The start to the Fratello Corona provided some notes of red pepper and coffee to start. I could also detect some notes of dark chocolate and cream in the background. In the early stages of the cigar, the pepper was definitely more prominent on the after-draw. The pepper was also prominent on the retro-hale – and remained like that throughout the smoking experience.
Later in the first third, some cedar sweetness emerged – joining the pepper and coffee notes. As the Fratello moved into the second third, the chocolate notes were replaced by a light citrus note. The creamy notes still remained in the background. The citrus note wasn’t overly sweet, yet complemented the primary flavors nicely.
In the last third, I found some earth notes emerge and take over as the primary flavor. The coffee notes diminished, but I could still detect the pepper, cedar sweetness, and citrus notes. The Fratello was flavorful until the end. The resulting nub was soft to the touch, but cool in temperature.
Burn and Draw
The Fratello is definitely a well constructed cigar. The attributes of burn and draw reflect this excellent construction nicely and score quite well with this cigar. The burn line of the Fratello remained relatively straight from start to finish requiring minimal touch-ups. The resulting ash was firm with a classic salt and pepper color. Both the burn rate and burn temperature were ideal.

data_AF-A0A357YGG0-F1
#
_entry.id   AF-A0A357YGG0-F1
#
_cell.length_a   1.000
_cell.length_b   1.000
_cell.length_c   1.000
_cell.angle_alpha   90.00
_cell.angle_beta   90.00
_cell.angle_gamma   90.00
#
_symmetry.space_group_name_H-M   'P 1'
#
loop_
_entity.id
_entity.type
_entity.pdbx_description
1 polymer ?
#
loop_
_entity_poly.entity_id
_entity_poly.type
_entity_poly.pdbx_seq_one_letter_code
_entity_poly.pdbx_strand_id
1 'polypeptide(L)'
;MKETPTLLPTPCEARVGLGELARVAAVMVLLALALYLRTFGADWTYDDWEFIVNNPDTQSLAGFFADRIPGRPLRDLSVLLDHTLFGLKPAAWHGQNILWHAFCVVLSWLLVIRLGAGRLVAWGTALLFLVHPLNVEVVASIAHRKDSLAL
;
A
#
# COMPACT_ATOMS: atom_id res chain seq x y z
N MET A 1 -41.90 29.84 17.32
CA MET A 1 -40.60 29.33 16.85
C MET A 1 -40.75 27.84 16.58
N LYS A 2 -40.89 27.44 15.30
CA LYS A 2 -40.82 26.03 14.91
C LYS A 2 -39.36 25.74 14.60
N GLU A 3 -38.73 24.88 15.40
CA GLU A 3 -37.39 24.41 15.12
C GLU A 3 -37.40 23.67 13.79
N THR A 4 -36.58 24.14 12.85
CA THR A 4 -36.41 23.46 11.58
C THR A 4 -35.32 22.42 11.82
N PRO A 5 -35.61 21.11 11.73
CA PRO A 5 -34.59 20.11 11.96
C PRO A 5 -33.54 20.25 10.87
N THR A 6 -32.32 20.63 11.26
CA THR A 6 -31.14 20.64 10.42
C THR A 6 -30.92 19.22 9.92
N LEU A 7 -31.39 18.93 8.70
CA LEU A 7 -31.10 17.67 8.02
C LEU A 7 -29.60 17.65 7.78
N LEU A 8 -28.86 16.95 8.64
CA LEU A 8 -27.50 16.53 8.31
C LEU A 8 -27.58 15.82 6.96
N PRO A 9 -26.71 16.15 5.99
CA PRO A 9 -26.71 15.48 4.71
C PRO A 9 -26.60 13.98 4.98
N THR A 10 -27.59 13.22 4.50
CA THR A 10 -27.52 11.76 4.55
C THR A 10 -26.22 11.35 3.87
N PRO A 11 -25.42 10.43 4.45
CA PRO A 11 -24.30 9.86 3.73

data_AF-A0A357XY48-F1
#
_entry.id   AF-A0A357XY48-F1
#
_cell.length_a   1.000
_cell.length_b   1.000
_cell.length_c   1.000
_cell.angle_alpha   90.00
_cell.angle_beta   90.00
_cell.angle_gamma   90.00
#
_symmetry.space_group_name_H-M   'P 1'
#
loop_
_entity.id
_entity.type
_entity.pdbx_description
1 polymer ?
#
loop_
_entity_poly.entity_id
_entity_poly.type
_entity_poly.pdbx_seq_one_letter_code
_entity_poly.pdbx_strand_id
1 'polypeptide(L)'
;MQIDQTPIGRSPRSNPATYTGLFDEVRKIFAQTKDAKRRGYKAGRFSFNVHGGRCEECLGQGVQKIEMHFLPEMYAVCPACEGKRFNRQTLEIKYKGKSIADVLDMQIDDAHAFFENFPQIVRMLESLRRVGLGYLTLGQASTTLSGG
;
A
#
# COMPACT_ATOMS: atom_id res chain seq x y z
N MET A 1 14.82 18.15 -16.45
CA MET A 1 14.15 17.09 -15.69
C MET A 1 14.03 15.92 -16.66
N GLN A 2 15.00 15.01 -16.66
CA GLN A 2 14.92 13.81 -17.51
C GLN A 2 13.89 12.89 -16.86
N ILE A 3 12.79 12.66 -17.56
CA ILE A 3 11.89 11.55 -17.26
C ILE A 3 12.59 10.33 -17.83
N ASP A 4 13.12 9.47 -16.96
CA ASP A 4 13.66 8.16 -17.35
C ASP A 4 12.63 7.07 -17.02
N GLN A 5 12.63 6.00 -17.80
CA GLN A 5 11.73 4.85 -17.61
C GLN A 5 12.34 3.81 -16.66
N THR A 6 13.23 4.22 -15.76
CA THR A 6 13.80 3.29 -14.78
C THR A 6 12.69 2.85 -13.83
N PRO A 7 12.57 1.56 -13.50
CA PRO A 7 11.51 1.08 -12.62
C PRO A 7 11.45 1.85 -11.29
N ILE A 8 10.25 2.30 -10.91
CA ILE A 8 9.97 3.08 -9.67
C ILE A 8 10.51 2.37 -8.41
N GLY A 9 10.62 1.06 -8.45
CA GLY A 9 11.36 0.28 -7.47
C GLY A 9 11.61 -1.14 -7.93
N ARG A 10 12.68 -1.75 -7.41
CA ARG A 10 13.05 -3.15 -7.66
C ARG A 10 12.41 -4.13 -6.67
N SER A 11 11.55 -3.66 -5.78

The draw had that slight touch of resistance to it. This is something I consider ideal in my book – making for an excellent cigar to puff on from start to finish.
Strength and Body
From a strength perspective, I found that Fratello Corona to have what I term “the right amount of pop”. I assessed the Fratello as having just enough strength to fall into the medium to full range. As for the flavors, there definitely was some nice depth to them. I also assessed the Fratello as being a medium to full-bodied cigar. This cigar does an excellent job at striking an equilibrium between its strength and body. Overall I found these two attributes to balance each other excellently.
Overall the Fratello was a very impressive effort for a first cigar from a new cigar company. This was a well-constructed cigar that delivered excellent complexity and balance. There is no doubt that we will be hearing a lot more from this company as the future looks very bright for de Frias and his brand. The early momentum that Fratello Cigars got at the trade show appears to have continued as this is one new cigar I continue to hear people talk about. I found this to be an excellent cigar for a novice enthusiast to graduate to something on the medium plus end. Experienced cigar enthusiasts will definitely appreciate everything this cigar has to offer. As for myself, this is a cigar I would not hesitate to smoke or buy again.
Strength: Medium fo Full
Body: Mediumt to Full
Assessment: Nice to Have
Source: The cigar for this assessment were provided by Fratello Cigars. These samples were initiated by Fratello Cigars in order to provide feedback. Cigar Coop is appreciative for the sample, but in no way does this influence this write-up.